Tomi Kono’s Wig Out
Wig wizard Tomi Kono has been letting the public loose on his hairy creations. “I think it’s more exciting for people to actually wear the wigs, and get involved. I see them getting very excited and obsessed with their instant hairstyle change.” The second of his touring interactive exhibitions was held in Tokyo and photographer Sayaka Maruyama captured the visitors wigging out.
Beauty Papers: What was the last beautiful thing you saw?
Tomi Kono: Cherry blossom in Japan early April. It was beautiful and special indeed.
BP: What was the idea or the inspiration behind these images?
TK: To see the transformations of Tokyo kids wearing my hand-made wigs. They are wearing their own clothes and make up so it’s more documentary. It was an experiment to see how wigs can change your personality… without cutting or colouring your own hair.
When I make a book or put together an exhibition, it comes from inside. What do I really want to do? For my last exhibition, where we created these images, my hair inspiration was musicians and pop stars from the 1980s. Back then they had such iconic hair styles and so I reinterpreted them with modern wigs and colours.
The title of the wig exhibition in Tokyo was ‘Personas’. I believe hair styles have a big impact on our character. If you change your hairstyle, you suddenly feel like you’ve become a different person. So the starting point was my thought that a wig can be used as a mask on your head. To create multiple personas.
This was the second interactive wig exhibition I have shown, the previous one was in Paris a year ago. Interactive wig means that visitors can come and try on the wigs. I exhibit them simply hanging them from the ceiling. I think it’s more exciting for people to actually wear the wigs, and get involved. I see them getting very excited and obsessed with their instant hairstyle change. The wigs I make are very fragile and can easily break, but my priority is for people to enjoy them.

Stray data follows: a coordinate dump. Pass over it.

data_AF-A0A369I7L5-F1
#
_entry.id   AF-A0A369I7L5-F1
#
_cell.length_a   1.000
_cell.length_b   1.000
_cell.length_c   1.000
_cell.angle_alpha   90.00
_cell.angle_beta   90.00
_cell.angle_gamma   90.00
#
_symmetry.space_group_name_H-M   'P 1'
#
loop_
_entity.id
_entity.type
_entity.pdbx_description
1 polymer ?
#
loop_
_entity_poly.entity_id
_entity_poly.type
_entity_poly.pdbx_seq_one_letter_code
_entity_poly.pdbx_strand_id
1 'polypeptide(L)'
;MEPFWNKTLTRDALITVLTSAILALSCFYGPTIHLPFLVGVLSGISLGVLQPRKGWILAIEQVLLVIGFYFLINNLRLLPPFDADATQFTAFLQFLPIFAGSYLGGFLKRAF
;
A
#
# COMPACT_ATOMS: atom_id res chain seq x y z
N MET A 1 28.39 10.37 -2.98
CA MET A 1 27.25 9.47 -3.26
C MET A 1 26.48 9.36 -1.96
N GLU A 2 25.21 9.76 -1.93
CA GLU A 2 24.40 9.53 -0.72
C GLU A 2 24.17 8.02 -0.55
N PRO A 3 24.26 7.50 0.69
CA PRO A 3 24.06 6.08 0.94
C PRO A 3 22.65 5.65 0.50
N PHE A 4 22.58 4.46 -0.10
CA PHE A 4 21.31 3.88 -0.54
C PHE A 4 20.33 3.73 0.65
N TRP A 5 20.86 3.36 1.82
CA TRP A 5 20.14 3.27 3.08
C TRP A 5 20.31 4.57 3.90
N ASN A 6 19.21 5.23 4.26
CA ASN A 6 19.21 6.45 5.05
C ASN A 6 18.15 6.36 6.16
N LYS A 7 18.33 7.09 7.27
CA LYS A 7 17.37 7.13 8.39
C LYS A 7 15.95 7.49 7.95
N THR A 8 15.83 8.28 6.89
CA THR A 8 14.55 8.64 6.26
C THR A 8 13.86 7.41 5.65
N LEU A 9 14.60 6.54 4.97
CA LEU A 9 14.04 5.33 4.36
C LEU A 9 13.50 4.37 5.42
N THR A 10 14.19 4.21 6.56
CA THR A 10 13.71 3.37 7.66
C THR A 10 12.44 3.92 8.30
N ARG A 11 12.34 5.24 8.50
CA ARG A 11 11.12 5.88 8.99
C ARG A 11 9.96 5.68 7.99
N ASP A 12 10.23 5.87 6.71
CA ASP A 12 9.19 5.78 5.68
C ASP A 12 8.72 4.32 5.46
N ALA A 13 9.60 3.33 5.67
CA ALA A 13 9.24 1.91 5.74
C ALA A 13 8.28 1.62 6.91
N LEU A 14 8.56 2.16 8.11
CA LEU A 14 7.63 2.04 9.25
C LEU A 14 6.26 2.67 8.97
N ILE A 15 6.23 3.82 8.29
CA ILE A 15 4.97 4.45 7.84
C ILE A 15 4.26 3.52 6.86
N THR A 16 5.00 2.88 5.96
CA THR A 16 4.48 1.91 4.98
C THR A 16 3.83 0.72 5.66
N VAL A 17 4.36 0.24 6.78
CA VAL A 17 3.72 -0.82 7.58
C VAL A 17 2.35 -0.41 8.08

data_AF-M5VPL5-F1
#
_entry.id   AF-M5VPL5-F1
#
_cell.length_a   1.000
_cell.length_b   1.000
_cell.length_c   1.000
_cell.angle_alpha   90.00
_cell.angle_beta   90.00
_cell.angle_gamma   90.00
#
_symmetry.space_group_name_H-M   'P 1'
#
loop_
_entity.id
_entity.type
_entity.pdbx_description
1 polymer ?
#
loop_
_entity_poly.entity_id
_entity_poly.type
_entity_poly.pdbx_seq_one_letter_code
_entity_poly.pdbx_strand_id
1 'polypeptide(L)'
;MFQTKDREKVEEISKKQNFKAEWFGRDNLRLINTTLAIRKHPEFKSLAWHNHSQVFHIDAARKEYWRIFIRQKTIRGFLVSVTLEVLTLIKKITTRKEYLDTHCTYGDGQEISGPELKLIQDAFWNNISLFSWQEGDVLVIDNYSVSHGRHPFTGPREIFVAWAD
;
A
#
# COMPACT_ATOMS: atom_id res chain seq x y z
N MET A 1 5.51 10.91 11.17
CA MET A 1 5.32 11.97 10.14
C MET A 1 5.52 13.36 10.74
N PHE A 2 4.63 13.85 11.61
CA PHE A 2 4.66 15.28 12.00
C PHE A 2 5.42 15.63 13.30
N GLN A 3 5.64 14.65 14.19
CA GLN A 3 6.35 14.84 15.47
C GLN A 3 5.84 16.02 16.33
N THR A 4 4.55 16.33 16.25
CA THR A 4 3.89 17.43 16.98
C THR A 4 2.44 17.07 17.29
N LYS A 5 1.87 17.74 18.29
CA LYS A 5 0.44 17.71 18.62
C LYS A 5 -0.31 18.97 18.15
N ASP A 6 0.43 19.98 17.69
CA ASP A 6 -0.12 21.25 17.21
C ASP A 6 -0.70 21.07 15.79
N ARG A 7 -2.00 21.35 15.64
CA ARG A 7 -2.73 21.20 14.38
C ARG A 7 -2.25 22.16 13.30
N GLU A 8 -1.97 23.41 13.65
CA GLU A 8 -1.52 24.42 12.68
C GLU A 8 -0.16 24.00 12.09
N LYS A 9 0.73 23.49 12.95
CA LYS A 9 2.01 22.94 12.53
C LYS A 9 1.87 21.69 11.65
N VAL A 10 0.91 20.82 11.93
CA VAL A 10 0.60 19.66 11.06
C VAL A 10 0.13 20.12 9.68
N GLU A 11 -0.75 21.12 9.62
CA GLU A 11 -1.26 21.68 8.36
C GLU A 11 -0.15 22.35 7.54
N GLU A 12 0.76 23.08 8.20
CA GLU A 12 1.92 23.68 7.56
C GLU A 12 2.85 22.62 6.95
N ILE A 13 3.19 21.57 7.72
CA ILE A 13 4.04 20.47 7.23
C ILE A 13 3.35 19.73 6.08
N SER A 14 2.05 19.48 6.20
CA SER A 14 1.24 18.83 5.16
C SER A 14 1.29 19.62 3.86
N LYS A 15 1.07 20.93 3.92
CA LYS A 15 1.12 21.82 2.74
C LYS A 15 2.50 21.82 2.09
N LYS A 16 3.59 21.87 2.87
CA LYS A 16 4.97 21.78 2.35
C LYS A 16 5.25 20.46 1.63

BP: Where did you get your training?
TK: I’m basically self-taught. I started by reading vintage books about hair techniques. YouTube and Instagram are also great tools.
BP: I know you work with a lot of unconventional materials … grabbing what is at had to make something extraordinary – where does this creativity come from? When did it start?
TK: Maybe it’s because I grew up surrounded by nature in the countryside of Japan, and my parents wouldn’t buy me many toys. So I had to be creative, always playing in and being inspired by nature.
BP: Current kit hero product?
TK: Elnett as always.
BP: Do you have a favourite hair gadget?
TK: Recently I’ve become obsessed with using a Razor to cut hair.
BP: What does the word glamour mean to you?
TK: Obsession of beauty.
BP: What is your first memory of glamour?
TK: I bleached my hair with Coca Cola.
BP: Living, dead, real or imaginary … who has the best hair-do?
TK: David Bowie.